Written by Megan Samuels
Need a centuries old mathematical theorem solved or a consumer-generated commercial for a product? No problem, there’s a crowd for that.
What’s Crowdsourcing? Crowdsourcing is like outsourcing, but different. Instead of hiring an outside firm to, say make shoes or iPads, crowdsourcing relies on non-specific volunteers all over the world to perform the task via the Internet. The volunteers are not usually paid for their efforts, but projects are often incentivized with cash, prizes and/or recognition.
The term, “Crowdsourcing” was coined by Jeff Howe in Wired magazine in 2006, but it’s actually not a completely modern concept. In the 1870s, an Oxford philologist by the name of James Murray had a little project he needed help with so he took out ads in newspapers for assistance. The task? Only to index and find quotations of usage for every single known word in the English language. No biggie–and in just 60 or so years, it was finished, becoming what is now known as the Oxford English Dictionary (OED).
Obviously, things get done much faster over the Internet! There’s a modern version of the OED project that nearly everyone who goes on the Internet unknowingly participates in. Did you realize that every time you prove you’re human by entering a CAPTCHA code, it’s more than likely you are transcribing text from old books that optical character recognition was unable to pick up? It’s called “ReCAPTCHA”, a crowdsourcing project developed at Carnegie Mellon University.
Crowdsourcing for Fun and for Free: Many of our favorite online resources only exist because of Crowdsourcing. Wikipedia anyone? I don’t know about my fellow students in the MCM Program, but I have at least 10 Wikipedia references in my research papers. Granted there’s probably a fair amount of inaccuracies, but topics often include references with links, and those links lead to even more information on the subject you seek. It’s a good thing.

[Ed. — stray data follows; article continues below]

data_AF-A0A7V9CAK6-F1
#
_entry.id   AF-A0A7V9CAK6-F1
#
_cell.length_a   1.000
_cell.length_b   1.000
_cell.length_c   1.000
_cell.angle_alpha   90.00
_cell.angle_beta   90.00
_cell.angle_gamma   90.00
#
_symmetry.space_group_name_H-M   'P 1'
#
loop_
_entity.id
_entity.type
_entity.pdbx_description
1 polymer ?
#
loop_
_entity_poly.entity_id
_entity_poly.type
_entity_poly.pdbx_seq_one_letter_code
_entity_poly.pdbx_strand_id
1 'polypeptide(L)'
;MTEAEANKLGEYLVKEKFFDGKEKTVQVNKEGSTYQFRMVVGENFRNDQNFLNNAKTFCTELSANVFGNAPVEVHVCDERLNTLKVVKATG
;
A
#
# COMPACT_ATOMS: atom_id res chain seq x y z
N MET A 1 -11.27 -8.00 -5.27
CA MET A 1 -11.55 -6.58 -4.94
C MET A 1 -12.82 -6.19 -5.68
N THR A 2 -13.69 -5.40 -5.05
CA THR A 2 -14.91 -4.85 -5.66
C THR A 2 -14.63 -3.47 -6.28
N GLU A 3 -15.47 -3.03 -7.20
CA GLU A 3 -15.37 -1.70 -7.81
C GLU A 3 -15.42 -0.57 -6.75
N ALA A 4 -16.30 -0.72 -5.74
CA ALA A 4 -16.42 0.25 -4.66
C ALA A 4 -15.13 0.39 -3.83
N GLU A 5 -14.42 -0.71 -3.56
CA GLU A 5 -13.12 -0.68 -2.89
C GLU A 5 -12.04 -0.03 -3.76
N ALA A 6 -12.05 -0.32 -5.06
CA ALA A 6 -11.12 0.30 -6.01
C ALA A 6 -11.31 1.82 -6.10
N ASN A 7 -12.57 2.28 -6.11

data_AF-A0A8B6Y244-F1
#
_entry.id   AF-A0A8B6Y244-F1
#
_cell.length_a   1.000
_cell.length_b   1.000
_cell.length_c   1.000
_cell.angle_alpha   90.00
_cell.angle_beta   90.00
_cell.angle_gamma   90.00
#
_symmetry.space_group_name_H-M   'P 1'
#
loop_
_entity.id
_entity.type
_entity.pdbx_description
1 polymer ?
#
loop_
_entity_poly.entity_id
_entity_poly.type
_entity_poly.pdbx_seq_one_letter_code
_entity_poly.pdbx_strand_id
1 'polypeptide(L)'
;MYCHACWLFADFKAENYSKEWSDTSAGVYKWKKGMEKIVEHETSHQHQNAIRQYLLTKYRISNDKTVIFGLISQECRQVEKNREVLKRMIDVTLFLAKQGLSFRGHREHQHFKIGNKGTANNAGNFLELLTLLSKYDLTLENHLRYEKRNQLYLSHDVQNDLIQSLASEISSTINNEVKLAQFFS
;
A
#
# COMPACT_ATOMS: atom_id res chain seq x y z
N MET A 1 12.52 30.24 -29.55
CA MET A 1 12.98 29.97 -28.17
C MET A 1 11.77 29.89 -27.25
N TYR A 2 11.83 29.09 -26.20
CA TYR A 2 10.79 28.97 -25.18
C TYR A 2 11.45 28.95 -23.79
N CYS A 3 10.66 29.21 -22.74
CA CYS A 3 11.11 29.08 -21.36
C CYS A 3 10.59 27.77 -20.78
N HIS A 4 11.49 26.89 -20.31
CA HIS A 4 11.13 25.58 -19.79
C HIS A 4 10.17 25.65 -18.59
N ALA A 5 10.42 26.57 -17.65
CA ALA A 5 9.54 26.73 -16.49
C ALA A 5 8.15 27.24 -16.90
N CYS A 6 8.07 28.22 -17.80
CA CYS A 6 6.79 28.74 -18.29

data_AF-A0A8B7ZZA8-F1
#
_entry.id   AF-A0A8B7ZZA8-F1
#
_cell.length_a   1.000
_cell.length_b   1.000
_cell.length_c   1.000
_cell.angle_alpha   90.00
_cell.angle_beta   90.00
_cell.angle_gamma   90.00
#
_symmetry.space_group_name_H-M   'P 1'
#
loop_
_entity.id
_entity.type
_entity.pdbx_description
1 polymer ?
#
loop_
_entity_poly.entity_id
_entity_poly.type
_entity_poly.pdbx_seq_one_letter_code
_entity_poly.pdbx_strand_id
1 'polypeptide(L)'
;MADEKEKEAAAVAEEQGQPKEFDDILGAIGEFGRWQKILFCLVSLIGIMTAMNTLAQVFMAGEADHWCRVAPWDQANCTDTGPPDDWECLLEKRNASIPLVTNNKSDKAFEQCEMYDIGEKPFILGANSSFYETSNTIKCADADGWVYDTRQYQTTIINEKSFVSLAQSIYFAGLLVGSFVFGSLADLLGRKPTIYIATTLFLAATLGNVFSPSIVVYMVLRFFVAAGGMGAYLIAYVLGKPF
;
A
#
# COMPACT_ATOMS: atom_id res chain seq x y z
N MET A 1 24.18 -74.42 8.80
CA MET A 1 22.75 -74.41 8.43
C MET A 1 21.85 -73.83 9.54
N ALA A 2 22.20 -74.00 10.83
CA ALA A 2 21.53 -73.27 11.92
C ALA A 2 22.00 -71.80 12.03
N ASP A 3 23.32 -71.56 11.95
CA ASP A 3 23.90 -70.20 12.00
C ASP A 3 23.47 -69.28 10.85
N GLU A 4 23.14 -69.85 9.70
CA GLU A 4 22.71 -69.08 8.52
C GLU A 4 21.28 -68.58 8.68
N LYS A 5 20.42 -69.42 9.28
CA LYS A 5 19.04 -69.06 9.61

So is there a marketing potential for crowdsourcing? Ask the Doritos people about the Crash the Super Bowl campaign www.crashthesuperbowl.com. A Google search for this campaign receives around 6 million hits. Also referred to as “participatory marketing” the campaign has continued for the past five years and has garnered publicity and buzz way beyond any marketing budget could have hoped for. The $25,000 prize for winning is a mere pittance compared to the brand equity Frito-Lay has been able to bank. And as Frito-Lay Chief Marketing Officer Ann Mukherjee puts it, “I have 25,000 ads in the can…and they’re free!” Click here to watch a few. They’re pretty funny:
Crowdsourcing has its detractors, especially ad agencies and graphic design firms as the ad campaigns. Crowdsourcing sites like 99designs.com allow businesses to hold contests to see who comes up with the best logo from a pool of designers from all over the world. The payout to designers is pretty low and agencies feel that it is taking business away from them.
Since it looks like Crowdsourcing isn’t going anywhere, you may want to acquaint yourself with some of the finer details of what defines it. There are certain characteristics that define Crowdsourcing with corresponding examples of sites that meet some or all of the criteria:
a) There is a clearly defined crowd
b) There exists a task with a clear goal
c) The recompense received by the crowd is clear
d) The crowdsourcer is clearly identified
e) The compensation to be received by the crowdsourcer is clearly defined
f) It is an online assigned process of participative type
g) It uses an open call of variable extent
h) It uses the internet
In Conclusion: Not that this subject is anywhere near over, but this blog is. Crowdsourcing is here to stay and that doesn’t seem to be such a bad thing, especially when you consider that the concept has evolved into more benevolent channels. “Crowdfunding”, where people from all over the world donate sums from tiny to huge, can fund such endeavors as small businesses in the developing world (Kiva.org), equipment and supplies for cash-strapped public schools (Donorschoose.org) and creative projects (kickstarter.com).
Burstein, D.D. (2011). 5 lessons in participatory marketing from Doritos’ “Crash the Super Bowl” and CMO Ann Mukherjee. Fastcocreate.com
Estellés-Arolas, E and González-Ladrón-de-Guevara, F. (2012). Towards an integrated crowdsourcing definition. Journal of Information Science (38) 138. pp. 189-200.
Hongkiat.com Blog http://www.hongkiat.com/blog/what-is-crowdsourcing/